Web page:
This new Call of Duty Campaign is Changing Everything and No One is Talking About It

The Call of Duty franchise has been at the center of abusing the consumers trust and their wallet for so long that it’s sad so few people will end up playing this absolutely brilliant game.

Rating: 8.75 out of 10

Call of Duty Modern Warfare (2019) takes everything it has done in the past and flips it on its head. Instead of being briefed over the bright green satellite view of a Middle Eastern country, it just throws you right into a situation you don’t have context for, playing a character you know nothing about. Instead of scripted Michael Bay “AWESOME” moments, the game throws you into moments that feel visceral and live and uncertain. It tosses you into the shoes of an agent on the ground when a bomb hits london and sees how you react. Rather than a 10,000 foot view this game zooms in on the action with a 100x microscope.

#1 – The Mission Design is Completely Different Than Past COD Games

Just as Naughty Dog (creator of Last of Us and Uncharted) learned a lot from the Call of Duty series, you have COD learning things from Naughty Dog here. “Piccadilly” (Mission #2) is set in Piccadilly circus. You are an undercover agent in a van stopped in traffic while you notice a suspicious vehicle going the other way. The back door of the suspicious vehicle opens and men step out about 20m away. Your squad does the same.  A civilian dressed in fatigues jumps out of a vehicle and tries to interfere but your squadmate takes him down. Who is friend and who is foe here? (A recurring motif throught the whole game.) The suspicious van gases it with the back doors swinging open. A bomb erupts putting everyone on the ground. You stumble through the fire and into a city center packed with civilians. Men stand on the hoods of cars with gas masks, aiming their AK-47s into the windshields of cars. This mission ends staring into the eyes of a civilian begging you to remove a bomb strapped to his body—but you can’t.

Whoa—what is this game doing?

There is no commander shouting “Pick up that gun soldier! Take out that chopper solider!” This is a different Call of Duty entirely. Incredibly thoughtful “mission” design pushes you through a story without a person telling you what to do next (usually).

#2 – This is A More Poetic and Artful Meditation on War Than We’ve Ever Seen from Call of Duty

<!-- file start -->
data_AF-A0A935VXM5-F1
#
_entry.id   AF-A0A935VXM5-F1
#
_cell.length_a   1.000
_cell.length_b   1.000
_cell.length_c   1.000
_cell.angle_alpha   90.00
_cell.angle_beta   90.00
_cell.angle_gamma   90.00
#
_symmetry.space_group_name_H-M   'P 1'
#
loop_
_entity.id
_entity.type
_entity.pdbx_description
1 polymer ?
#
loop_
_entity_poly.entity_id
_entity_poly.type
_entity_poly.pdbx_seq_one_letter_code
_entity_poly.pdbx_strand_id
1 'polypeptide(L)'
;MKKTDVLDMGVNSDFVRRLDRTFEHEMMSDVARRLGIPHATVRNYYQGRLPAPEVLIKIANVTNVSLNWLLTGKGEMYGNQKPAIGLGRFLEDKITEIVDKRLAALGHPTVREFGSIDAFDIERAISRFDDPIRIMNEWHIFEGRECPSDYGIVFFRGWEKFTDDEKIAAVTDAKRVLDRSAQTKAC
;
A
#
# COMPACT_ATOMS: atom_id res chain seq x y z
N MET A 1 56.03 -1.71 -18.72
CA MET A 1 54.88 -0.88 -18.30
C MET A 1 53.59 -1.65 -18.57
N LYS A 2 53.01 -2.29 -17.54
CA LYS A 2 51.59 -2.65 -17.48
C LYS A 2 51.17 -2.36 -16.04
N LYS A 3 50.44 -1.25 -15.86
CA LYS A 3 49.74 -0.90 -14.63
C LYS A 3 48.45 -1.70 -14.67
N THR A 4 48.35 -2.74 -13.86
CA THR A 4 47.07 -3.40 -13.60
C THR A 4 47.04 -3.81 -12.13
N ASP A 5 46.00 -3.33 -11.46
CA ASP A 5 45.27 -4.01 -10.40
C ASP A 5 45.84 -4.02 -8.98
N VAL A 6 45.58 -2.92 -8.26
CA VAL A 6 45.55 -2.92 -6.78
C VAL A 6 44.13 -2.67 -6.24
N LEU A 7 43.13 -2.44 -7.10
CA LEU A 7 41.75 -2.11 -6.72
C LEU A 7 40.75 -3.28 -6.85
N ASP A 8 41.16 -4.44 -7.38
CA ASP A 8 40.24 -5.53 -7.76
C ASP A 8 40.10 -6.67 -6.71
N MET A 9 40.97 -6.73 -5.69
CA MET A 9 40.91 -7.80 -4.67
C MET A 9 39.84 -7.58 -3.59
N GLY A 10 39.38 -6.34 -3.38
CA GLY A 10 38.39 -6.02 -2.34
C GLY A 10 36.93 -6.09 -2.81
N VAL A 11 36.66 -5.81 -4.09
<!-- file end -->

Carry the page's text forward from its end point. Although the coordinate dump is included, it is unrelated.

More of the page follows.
In another “mission” you start as an 8 year old child under a pile of rubble. Moving one piece of rubble off of you reveals the agape expression of your dead mother. AID workers saw through the rebar pinning you down and your teary-eyed father pulls you out. He is relieved and exasperated and your heart aches for him. Almost immediately the bombing begins again with green gas surrounding you. Your father mashes a gas mask to your face and tries to take you to safety.

#3 – This is A More Visceral and Gruesome Campaign Than We’ve Ever Seen in a COD Game

In the “Embassy” mission you find yourself in the middle of a riot in the middle east. American soldiers have taken captive Omar Sulaman “The Wolf” and mobs of locals are trying to burn down the US Embassy to get him back. Inside people in suits are frantically calling their kids and trying to find a way out. You’re brought in to restore order.

In the front entrance of the building, framed with fire, a terrorist in a soccer jersey holds an innocent civilian man by the scruff of his neck. “Open the door or he’s dead!” What am I supposed to do here? There is no “Press F to pay respects. He blows the dads brains out and then grabs his son. The sons legs dangle uselessly and slide in the pool of blood. Opening the door causes you to fail the mission.

Captain Price yells “come on let’s go!” You’re not supposed to interact with that guy at all. Just watch. Entering a large room filled with office cubicles an F-150 smashes in through the side wall. People in business suits are being blown away with shotguns by terrorists in conference rooms. The animation and the realism has never felt more visceral and real and urgent than it does here.

This is a much more mature Call of Duty than we’ve ever seen before. Like every good film about war, this game pushes your face down into the horror and asks “What is broken inside of us that we keep killing our fellow man like this?”

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